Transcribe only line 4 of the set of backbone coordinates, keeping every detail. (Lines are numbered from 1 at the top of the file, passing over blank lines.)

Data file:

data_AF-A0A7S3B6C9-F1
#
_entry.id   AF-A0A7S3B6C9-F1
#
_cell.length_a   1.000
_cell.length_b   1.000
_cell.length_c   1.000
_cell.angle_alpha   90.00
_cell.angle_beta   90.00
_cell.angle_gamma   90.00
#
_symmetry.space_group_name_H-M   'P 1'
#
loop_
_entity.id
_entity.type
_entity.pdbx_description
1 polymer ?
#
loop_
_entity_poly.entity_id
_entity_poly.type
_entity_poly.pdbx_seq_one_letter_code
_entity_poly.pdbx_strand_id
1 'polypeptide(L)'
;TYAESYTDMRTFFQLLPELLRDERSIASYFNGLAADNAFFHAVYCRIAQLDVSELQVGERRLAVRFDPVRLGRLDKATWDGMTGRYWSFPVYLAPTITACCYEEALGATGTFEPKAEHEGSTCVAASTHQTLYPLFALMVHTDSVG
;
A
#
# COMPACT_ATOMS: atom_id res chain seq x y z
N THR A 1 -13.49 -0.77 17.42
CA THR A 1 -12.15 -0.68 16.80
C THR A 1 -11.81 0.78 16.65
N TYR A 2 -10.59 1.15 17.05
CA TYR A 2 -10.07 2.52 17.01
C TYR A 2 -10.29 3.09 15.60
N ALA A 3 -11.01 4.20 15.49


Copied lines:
#